When the Civil Rights Act of 1964 was passed, it became illegal for employers to discriminate based on race. But decades laters studies show white workers still earn tens of thousands more than workers of color in the same job.
A 2011 Georgetown study found white engineers earn an average of $80,000 a year but their African-American counterparts earn $20,000 less. Latino engineers earn $24,000 less than white ones.
The racial inequality and wage gap also exists in the adult film industry.
Women of color in the pornography industry are paid half to three quarters of what white actresses tend to make.
In a New York Times essay published this week Dr. Mireille Miller-Young wrote that the greatest challenge faced by women who work in the pornography business, in addition to social stigma, is gender and racial inequality.
Miller-Young, Ph.D., is an Associate Professor of Feminist Studies at the University of California, Santa Barbara. Her research explores race, gender and sexuality in visual culture and sex industries in the U.S.
In her New York Times piece titled “Empowering to the Women on Screen,” Dr. Miller Young writes about the inequality in the pornography business and provides additional context based on her research:
For instance, I have found that women enter the pornography industry because they are enthusiastic about its potential for lucrative, flexible and independent work. Women who previously worked in the retail sector or in nursing found that pornography offered them greater control of their labor, and surprisingly, it treated them with more humanity. Some women found that it enabled them to rise out of poverty, take care of their families or go to college. Others emphasize the creative aspects of pornography, and say it allows them to increase their economic mobility while also making a bold statement about female pleasure.
According to the performers I interviewed, the greatest challenge faced by women who work in the pornography business, in addition to social stigma, is gender and racial inequality. Overwhelmingly, women do not control the production and distribution apparatus of the business. The men who run both the large companies and the smaller, amateur businesses tend to marginalize women’s perspectives and priorities and to foster a competitive environment that pits female workers against one another.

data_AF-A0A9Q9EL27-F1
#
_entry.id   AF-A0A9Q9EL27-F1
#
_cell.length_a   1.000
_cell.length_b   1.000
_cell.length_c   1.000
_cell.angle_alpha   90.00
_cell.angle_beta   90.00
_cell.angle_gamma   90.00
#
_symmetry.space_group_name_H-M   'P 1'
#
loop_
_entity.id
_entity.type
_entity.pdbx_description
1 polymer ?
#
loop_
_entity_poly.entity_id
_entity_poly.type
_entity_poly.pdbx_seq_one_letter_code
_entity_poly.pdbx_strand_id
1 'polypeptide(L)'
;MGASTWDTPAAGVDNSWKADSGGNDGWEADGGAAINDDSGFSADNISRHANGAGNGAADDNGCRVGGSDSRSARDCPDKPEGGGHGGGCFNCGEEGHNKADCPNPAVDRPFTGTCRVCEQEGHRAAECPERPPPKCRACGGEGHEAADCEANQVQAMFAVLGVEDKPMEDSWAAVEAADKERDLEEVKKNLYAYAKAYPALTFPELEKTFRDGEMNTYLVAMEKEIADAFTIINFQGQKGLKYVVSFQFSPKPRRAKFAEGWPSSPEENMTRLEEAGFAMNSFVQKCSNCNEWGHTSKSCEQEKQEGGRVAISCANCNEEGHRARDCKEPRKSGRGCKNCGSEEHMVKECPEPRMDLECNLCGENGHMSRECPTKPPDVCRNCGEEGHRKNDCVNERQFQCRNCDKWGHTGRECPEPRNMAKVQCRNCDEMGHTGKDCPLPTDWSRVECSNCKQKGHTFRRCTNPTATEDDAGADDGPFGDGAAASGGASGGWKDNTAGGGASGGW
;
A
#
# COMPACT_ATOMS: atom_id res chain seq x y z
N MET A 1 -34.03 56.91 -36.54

African-American women - and women and men of color in general - are paid half to three-quarters of what white actresses are paid. Like in other kinds of industries, they face prejudice and inequality in structural and interpersonal forms. But they also challenge them. Porn’s workers are fighting to achieve greater control over their labor and the products they produce.
Women of color are paid half to three quarters of what white actresses tend to make, according to a 2007 NPR interview with Miller-Young. She went on to say this “reflects the ways in which black bodies have historically been devalued in our labor market since, you know, slavery to the present.”
She says this is also visible in the production of the types of films that black women appear in: they have a lower production value, less of the kind of market, and lower kind of values in how they treat the workers.
[UPDATE 11/14/12 12:00pm EST: A commenter in the comments section below that identified as an adult model has added even more context and says the unfair treatment goes far beyond adult models and actresses on screen:
“[People] never want to discuss the unfair treatment of dancers, models, escorts, directors, and all others who work in the sex industry who get less pay and expected to perform more extreme acts because of the color of their skin.”
To learn more about Miller-Young’s work visit her UCSB profile and check out her 2005 Colorlines story titled “Hardcore desire: Black women laboring in porn—is it just another job?”